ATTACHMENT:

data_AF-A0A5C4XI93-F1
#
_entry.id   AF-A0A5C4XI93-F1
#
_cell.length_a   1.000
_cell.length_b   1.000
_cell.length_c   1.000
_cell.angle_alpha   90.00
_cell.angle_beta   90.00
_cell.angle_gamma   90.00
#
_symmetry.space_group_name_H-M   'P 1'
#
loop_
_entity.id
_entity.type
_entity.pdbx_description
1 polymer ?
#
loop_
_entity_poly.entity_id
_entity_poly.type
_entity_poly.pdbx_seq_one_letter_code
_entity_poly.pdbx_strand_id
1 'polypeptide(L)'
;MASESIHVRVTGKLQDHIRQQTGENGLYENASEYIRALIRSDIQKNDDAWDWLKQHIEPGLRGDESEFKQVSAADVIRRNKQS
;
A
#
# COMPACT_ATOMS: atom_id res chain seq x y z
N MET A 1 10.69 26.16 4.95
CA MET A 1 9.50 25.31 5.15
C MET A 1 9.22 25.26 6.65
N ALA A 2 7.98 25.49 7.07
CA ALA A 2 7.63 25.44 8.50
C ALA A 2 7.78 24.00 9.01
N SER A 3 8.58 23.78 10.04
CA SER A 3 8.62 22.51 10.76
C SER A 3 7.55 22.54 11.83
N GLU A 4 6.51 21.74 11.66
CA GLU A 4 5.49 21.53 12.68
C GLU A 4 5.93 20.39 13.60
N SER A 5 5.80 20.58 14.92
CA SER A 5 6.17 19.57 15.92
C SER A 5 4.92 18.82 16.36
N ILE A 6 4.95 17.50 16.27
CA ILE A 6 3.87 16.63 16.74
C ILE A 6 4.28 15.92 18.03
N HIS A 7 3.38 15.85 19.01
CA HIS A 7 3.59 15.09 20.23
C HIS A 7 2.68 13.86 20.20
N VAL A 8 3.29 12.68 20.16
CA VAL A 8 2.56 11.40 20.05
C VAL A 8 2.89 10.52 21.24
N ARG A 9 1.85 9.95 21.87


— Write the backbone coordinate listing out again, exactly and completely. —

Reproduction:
data_AF-A0A5C4XI93-F1
#
_entry.id   AF-A0A5C4XI93-F1
#
_cell.length_a   1.000
_cell.length_b   1.000
_cell.length_c   1.000
_cell.angle_alpha   90.00
_cell.angle_beta   90.00
_cell.angle_gamma   90.00
#
_symmetry.space_group_name_H-M   'P 1'
#
loop_
_entity.id
_entity.type
_entity.pdbx_description
1 polymer ?
#
loop_
_entity_poly.entity_id
_entity_poly.type
_entity_poly.pdbx_seq_one_letter_code
_entity_poly.pdbx_strand_id
1 'polypeptide(L)'
;MASESIHVRVTGKLQDHIRQQTGENGLYENASEYIRALIRSDIQKNDDAWDWLKQHIEPGLRGDESEFKQVSAADVIRRNKQS
;
A
#
# COMPACT_ATOMS: atom_id res chain seq x y z
N MET A 1 10.69 26.16 4.95
CA MET A 1 9.50 25.31 5.15
C MET A 1 9.22 25.26 6.65
N ALA A 2 7.98 25.49 7.07
CA ALA A 2 7.63 25.44 8.50
C ALA A 2 7.78 24.00 9.01
N SER A 3 8.58 23.78 10.04
CA SER A 3 8.62 22.51 10.76
C SER A 3 7.55 22.54 11.83
N GLU A 4 6.51 21.74 11.66
CA GLU A 4 5.49 21.53 12.68
C GLU A 4 5.93 20.39 13.60
N SER A 5 5.80 20.58 14.92
CA SER A 5 6.17 19.57 15.92
C SER A 5 4.92 18.82 16.36
N ILE A 6 4.95 17.50 16.27
CA ILE A 6 3.87 16.63 16.74
C ILE A 6 4.28 15.92 18.03
N HIS A 7 3.38 15.85 19.01
CA HIS A 7 3.59 15.09 20.23
C HIS A 7 2.68 13.86 20.20
N VAL A 8 3.29 12.68 20.16
CA VAL A 8 2.56 11.40 20.05
C VAL A 8 2.89 10.52 21.24
N ARG A 9 1.85 9.95 21.87